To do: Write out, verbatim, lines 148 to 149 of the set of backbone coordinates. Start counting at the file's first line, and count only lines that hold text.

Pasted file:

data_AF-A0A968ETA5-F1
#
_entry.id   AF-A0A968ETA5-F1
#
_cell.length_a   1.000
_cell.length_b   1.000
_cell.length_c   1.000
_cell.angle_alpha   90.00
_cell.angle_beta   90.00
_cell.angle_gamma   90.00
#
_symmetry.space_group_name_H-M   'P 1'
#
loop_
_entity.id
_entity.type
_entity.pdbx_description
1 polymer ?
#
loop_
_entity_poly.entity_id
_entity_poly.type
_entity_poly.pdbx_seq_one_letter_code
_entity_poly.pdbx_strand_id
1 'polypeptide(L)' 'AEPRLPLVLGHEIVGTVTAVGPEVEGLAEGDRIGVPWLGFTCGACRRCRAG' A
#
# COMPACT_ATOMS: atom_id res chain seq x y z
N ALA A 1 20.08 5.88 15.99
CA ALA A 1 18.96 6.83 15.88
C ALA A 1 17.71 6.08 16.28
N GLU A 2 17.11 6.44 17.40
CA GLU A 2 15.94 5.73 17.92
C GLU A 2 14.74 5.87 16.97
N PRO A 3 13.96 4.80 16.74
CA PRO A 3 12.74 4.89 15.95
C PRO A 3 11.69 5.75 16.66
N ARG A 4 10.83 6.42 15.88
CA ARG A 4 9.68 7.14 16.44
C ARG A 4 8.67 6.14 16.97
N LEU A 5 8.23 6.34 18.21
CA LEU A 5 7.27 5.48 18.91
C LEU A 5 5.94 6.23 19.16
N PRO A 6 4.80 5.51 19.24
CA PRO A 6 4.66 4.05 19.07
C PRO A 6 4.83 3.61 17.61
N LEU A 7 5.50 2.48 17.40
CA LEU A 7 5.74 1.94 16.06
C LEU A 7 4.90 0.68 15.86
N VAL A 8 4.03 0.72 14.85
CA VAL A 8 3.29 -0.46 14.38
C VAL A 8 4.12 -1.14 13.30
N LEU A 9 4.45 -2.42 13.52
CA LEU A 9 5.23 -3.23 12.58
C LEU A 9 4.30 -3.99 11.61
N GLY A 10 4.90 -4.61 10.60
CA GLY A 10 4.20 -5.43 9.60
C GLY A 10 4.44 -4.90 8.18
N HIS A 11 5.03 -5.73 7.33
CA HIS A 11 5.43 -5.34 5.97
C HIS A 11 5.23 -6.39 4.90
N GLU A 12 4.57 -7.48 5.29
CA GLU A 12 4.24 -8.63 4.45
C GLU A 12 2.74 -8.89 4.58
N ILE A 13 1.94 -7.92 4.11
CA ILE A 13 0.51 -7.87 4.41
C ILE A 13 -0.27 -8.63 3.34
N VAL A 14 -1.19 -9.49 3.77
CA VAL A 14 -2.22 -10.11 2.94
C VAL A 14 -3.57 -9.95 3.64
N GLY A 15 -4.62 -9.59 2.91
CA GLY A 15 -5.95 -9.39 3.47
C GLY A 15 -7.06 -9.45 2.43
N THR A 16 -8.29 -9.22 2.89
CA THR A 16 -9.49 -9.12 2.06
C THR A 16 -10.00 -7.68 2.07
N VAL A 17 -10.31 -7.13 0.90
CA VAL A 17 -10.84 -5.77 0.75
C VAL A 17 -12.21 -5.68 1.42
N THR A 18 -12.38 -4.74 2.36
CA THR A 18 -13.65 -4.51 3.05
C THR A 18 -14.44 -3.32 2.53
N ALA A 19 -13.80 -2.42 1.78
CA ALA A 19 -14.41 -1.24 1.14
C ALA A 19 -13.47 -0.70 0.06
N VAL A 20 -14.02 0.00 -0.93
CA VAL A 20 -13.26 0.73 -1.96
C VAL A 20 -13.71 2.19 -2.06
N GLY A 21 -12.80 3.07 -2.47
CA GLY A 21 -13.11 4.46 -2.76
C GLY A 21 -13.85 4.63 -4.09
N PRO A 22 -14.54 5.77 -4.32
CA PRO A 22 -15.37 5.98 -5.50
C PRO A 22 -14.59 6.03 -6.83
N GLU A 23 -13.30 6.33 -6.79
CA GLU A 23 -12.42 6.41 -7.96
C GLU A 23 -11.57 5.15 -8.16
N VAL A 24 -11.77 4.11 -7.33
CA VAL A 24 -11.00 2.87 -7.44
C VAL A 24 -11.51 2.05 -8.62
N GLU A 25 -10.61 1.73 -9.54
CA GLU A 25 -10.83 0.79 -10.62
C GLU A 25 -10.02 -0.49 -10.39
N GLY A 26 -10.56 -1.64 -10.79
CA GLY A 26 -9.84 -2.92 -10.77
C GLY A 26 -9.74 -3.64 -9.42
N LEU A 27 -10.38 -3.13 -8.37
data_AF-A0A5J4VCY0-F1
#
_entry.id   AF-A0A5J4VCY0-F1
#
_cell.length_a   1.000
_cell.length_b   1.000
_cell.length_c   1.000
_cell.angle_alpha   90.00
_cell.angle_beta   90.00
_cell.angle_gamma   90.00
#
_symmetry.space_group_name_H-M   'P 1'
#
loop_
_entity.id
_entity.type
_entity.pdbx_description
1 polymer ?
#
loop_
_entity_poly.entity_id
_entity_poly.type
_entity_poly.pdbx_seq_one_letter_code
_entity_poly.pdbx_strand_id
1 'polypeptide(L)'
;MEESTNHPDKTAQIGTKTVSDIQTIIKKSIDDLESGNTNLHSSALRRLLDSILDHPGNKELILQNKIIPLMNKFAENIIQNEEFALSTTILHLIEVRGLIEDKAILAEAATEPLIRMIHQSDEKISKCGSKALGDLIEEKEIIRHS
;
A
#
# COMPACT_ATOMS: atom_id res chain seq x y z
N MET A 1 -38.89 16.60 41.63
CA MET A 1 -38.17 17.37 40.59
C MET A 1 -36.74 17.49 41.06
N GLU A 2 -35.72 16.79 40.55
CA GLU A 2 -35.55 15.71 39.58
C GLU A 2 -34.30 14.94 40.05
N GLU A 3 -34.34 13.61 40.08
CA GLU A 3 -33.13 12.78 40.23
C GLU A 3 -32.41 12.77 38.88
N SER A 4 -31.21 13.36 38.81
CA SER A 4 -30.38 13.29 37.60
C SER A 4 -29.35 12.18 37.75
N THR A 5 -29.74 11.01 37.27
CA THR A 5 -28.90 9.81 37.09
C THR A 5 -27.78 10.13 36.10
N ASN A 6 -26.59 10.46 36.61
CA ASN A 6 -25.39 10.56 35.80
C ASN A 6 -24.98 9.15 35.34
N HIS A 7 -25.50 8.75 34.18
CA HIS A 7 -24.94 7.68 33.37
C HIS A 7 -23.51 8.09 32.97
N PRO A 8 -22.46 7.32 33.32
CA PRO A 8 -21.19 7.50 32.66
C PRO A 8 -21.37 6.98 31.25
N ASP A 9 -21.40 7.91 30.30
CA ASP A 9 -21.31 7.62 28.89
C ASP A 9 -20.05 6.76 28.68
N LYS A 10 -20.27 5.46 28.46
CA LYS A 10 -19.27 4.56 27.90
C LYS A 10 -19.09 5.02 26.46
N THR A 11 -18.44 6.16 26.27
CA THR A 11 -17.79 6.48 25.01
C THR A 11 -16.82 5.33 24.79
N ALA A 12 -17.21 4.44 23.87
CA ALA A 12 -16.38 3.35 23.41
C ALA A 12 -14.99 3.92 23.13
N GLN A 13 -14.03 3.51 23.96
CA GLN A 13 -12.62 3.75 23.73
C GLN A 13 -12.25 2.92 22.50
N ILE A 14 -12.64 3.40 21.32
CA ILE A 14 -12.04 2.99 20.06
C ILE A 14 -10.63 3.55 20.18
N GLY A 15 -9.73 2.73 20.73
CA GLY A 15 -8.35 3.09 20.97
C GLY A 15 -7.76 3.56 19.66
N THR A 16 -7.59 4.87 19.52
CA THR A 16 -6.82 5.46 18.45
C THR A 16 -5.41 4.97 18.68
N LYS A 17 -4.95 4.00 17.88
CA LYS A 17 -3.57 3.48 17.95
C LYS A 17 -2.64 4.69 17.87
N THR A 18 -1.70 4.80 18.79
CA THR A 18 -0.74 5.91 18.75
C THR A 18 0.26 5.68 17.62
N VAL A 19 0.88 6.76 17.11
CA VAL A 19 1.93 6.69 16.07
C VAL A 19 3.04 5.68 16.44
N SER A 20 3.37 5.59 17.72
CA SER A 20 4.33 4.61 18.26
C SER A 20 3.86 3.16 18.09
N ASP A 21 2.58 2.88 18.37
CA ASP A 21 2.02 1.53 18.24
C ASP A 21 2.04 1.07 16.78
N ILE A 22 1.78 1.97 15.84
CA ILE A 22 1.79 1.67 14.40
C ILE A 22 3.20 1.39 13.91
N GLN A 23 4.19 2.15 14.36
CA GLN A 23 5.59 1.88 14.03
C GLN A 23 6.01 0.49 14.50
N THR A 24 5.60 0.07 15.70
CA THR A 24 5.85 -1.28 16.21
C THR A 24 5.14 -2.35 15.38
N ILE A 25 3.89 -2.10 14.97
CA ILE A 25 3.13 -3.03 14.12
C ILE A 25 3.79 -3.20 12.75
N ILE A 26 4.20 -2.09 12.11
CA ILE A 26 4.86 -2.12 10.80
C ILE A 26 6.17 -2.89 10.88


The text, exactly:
C SER A 4 -29.35 12.18 37.75
N THR A 5 -29.74 11.01 37.27